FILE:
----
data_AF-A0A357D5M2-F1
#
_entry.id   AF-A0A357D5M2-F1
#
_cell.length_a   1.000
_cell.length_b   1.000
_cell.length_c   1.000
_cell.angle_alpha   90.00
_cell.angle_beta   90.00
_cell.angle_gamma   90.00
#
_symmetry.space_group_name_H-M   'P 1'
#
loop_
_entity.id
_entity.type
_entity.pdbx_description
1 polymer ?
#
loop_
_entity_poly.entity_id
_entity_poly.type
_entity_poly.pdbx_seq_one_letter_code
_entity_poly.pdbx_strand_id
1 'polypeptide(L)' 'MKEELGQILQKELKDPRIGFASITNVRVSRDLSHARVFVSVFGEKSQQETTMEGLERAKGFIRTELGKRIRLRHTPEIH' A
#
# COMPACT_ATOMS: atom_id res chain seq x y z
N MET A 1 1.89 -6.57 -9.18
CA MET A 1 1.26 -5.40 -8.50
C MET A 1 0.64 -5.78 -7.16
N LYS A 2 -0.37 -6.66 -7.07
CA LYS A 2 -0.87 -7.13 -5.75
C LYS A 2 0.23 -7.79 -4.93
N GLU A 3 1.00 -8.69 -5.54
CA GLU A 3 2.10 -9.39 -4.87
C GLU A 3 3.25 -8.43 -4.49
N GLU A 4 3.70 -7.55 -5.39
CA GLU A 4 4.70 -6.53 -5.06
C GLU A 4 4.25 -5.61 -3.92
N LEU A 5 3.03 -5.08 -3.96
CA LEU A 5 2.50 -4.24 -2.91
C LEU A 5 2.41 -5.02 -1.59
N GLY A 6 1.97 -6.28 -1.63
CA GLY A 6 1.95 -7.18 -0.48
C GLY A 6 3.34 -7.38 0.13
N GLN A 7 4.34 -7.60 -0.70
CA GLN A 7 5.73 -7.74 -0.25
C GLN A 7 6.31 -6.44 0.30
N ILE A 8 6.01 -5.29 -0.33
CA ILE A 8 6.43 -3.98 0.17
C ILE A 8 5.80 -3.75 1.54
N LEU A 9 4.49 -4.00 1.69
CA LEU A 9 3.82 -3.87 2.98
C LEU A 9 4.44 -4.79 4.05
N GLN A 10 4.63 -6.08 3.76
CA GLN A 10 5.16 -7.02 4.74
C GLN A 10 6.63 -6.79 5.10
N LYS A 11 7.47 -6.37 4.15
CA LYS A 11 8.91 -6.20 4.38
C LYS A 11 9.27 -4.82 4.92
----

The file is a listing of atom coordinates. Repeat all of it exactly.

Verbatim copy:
data_AF-A0A357D5M2-F1
#
_entry.id   AF-A0A357D5M2-F1
#
_cell.length_a   1.000
_cell.length_b   1.000
_cell.length_c   1.000
_cell.angle_alpha   90.00
_cell.angle_beta   90.00
_cell.angle_gamma   90.00
#
_symmetry.space_group_name_H-M   'P 1'
#
loop_
_entity.id
_entity.type
_entity.pdbx_description
1 polymer ?
#
loop_
_entity_poly.entity_id
_entity_poly.type
_entity_poly.pdbx_seq_one_letter_code
_entity_poly.pdbx_strand_id
1 'polypeptide(L)' 'MKEELGQILQKELKDPRIGFASITNVRVSRDLSHARVFVSVFGEKSQQETTMEGLERAKGFIRTELGKRIRLRHTPEIH' A
#
# COMPACT_ATOMS: atom_id res chain seq x y z
N MET A 1 1.89 -6.57 -9.18
CA MET A 1 1.26 -5.40 -8.50
C MET A 1 0.64 -5.78 -7.16
N LYS A 2 -0.37 -6.66 -7.07
CA LYS A 2 -0.87 -7.13 -5.75
C LYS A 2 0.23 -7.79 -4.93
N GLU A 3 1.00 -8.69 -5.54
CA GLU A 3 2.10 -9.39 -4.87
C GLU A 3 3.25 -8.43 -4.49
N GLU A 4 3.70 -7.55 -5.39
CA GLU A 4 4.70 -6.53 -5.06
C GLU A 4 4.25 -5.61 -3.92
N LEU A 5 3.03 -5.08 -3.96
CA LEU A 5 2.50 -4.24 -2.91
C LEU A 5 2.41 -5.02 -1.59
N GLY A 6 1.97 -6.28 -1.63
CA GLY A 6 1.95 -7.18 -0.48
C GLY A 6 3.34 -7.38 0.13
N GLN A 7 4.34 -7.60 -0.70
CA GLN A 7 5.73 -7.74 -0.25
C GLN A 7 6.31 -6.44 0.30
N ILE A 8 6.01 -5.29 -0.33
CA ILE A 8 6.43 -3.98 0.17
C ILE A 8 5.80 -3.75 1.54
N LEU A 9 4.49 -4.00 1.69
CA LEU A 9 3.82 -3.87 2.98
C LEU A 9 4.44 -4.79 4.05
N GLN A 10 4.63 -6.08 3.76
CA GLN A 10 5.16 -7.02 4.74
C GLN A 10 6.63 -6.79 5.10
N LYS A 11 7.47 -6.37 4.15
CA LYS A 11 8.91 -6.20 4.38
C LYS A 11 9.27 -4.82 4.92